Sunday, 24 September 2017

USA 2017 - Laura visits Fort Stanwix and travels to Boston

After sadly leaving Dorisanne, her husband and wonderful collection of Sasha dolls, Laura and her family drove north east through the beautiful open countryside to Rome, near Utica in New York State.  They found a motel just across the road from the historic reconstructed Fort Stanwix and the next morning were up bright and early for breakfast in the diner next door before crossing the road to the Fort museum and the fort itself.

The museum had a lot of interesting exhibits about the history of the fort however there wasn't much time to take it all in because of a long car journey ahead, so Laura soon ventured outside again to visit the reconstructed fort.  The original had been besieged by the British during the American War of Independence in 1777, successfully defended by the colonists but destroyed by fire in 1781.  It had been built by the British to guard the portage called the Oneida Carrying Place during the French and Indian War in 1758.  The reconstruction is on the same site, with the same construction methods and materials, it is a wooden palisade fort and is a national monument.


This sign told about the family life at the fort much of which surrounded the fort except when it was under siege.

Approaching the fort, which was hidden behind the tall plants

The simple but impressive sign for Fort Stanwix National Monument

Approaching the bridge to the fort

The sign showing four pointed star shape of the fort

Many of the families of soldiers lived in tents around the outside of the fort

The rollers for the drawbridge just inside the entrance

Sign about the artisan quarters where the specialists (carpenters and blacksmiths) lived and worked as they made useful things to support life at the fort (less skilled maintenance work was carried out by soldiers)

The artisan quarters in one of the corners of the fort were very dim and dark, lit by lanterns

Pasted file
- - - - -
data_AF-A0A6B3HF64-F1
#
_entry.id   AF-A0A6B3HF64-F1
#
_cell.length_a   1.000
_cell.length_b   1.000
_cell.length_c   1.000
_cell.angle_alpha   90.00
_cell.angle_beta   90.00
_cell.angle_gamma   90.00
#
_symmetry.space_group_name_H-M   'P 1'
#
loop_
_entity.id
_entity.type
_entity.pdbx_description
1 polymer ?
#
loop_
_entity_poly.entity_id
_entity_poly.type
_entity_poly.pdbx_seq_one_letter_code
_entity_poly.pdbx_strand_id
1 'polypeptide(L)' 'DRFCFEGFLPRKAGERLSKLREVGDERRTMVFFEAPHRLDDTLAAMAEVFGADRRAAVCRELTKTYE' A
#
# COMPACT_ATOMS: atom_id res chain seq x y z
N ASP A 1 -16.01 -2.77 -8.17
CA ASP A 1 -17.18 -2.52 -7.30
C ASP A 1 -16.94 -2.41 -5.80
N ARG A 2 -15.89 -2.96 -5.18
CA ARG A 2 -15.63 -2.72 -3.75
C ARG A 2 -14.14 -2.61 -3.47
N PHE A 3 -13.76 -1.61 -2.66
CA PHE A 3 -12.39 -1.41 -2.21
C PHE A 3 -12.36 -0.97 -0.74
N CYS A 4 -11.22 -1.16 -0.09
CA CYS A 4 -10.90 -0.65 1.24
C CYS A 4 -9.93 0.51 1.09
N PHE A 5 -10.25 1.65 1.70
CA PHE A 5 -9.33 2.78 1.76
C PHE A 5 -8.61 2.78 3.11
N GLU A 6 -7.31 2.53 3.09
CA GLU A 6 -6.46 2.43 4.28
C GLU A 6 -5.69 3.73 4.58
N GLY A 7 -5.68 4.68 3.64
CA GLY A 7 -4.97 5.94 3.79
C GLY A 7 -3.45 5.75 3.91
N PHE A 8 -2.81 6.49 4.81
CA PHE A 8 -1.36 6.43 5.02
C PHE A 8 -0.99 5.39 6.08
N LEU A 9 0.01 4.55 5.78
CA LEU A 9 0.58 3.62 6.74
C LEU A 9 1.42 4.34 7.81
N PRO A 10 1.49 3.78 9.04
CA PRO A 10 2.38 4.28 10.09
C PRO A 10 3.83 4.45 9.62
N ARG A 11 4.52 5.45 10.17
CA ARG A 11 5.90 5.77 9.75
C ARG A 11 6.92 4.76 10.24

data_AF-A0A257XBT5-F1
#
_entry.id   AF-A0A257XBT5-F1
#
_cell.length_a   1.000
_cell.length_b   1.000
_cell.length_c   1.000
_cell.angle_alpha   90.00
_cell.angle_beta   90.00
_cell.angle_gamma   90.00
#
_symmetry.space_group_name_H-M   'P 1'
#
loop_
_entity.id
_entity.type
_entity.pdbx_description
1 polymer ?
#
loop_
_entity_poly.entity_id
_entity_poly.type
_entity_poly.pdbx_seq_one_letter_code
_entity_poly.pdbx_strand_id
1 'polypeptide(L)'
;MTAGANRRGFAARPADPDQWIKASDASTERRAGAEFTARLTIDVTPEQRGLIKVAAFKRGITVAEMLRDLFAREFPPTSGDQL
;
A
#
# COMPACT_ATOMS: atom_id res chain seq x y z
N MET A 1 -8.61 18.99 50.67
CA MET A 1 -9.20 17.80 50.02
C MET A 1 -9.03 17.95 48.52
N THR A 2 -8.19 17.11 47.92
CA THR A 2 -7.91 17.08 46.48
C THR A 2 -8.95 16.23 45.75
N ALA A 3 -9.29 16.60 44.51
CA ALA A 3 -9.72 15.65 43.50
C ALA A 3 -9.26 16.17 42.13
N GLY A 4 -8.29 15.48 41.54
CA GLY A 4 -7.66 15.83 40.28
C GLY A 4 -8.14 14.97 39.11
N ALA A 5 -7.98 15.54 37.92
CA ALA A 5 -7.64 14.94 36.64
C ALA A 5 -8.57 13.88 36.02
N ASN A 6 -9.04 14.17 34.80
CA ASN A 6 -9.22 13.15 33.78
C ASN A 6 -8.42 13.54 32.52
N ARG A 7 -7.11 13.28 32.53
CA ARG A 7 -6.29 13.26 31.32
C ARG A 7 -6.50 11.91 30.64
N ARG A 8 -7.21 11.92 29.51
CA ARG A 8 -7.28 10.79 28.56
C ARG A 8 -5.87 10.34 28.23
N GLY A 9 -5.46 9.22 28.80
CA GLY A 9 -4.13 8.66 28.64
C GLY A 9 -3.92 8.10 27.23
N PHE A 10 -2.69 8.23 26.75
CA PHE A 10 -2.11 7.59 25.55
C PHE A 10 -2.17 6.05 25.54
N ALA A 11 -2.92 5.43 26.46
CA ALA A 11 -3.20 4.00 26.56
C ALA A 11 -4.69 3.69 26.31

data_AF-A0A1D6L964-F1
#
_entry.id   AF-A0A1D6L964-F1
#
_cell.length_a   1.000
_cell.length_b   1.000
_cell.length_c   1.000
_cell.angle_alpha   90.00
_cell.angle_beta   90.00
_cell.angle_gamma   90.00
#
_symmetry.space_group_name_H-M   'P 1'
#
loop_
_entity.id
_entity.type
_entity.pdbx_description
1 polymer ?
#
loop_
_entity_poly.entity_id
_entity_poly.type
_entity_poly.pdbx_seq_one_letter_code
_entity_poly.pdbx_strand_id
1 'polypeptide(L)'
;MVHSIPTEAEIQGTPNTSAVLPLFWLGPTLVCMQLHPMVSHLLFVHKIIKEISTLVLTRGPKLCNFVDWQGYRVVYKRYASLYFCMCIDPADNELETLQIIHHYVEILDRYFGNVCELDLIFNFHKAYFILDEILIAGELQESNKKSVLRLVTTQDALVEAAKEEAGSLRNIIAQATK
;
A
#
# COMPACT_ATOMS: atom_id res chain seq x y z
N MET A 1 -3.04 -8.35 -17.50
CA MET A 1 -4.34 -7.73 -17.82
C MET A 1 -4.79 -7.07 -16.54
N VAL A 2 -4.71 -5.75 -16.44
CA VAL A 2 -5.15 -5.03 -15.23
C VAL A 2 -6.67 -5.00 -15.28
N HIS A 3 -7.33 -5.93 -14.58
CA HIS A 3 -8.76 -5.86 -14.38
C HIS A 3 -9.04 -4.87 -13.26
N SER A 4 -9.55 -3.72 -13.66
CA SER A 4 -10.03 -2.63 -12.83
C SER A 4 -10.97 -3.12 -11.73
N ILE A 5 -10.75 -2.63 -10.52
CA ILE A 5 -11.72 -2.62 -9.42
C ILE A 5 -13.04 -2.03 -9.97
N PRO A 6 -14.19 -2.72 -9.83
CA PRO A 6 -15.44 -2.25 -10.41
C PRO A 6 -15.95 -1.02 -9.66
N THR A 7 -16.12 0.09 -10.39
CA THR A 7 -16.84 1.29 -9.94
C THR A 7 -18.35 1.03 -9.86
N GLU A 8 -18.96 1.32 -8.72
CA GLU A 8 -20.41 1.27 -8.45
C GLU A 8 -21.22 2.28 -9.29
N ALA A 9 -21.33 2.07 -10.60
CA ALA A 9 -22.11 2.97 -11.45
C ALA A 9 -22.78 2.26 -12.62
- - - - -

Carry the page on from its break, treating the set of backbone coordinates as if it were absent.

On top of the artisans quarters were cannons and the flagpole

The flagpole was very tall, Laura felt quite small beside it

Laura with the flagpole

Laura could see one of the colonial soldiers crossing the bridge as he walked out of the fort - he was there to welcome the modern day visitors to Fort Stanwix


During the 1970s various excavations were carried out at the fort site

This was the remains of an original brick fireplace in Fort Stanwix, Laura could guess it was where the soldiers cooked their meals

This was laid out as the orderly room, the fort headquarters

This room was furnished as the Commandant's quarters which had originally been in another building (not reconstructed). Laura thought that Colonel Peter Gansevoort lived in much nicer conditions than the ordinary soldiers

Outside in the bright sunshine Laura met the colonial soldier.  He was very friendly and explained a bit about what life was like at the fort.

This was officers' quarters, another rather nice room in the fort

This was lodging for visiting officers

Families of officers usually lived outside the fort as camp followers, however General Moody had his wife and daughter living in the fort from 1780-1781

Laura liked the child's toys carefully stored on the shelf in the Family quarters

In the family quarters were these buckets and a shoulder yoke for carrying the water from the well

Looking at the family quarters with the personal touches such as the wooden clogs and the baby cradle

The cradle was placed near the fireplace, where it would have been warm.  The stool was made from a single log of wood and would have been used to sit at the fire when cooking food.

Quill pens and ink at the writing desk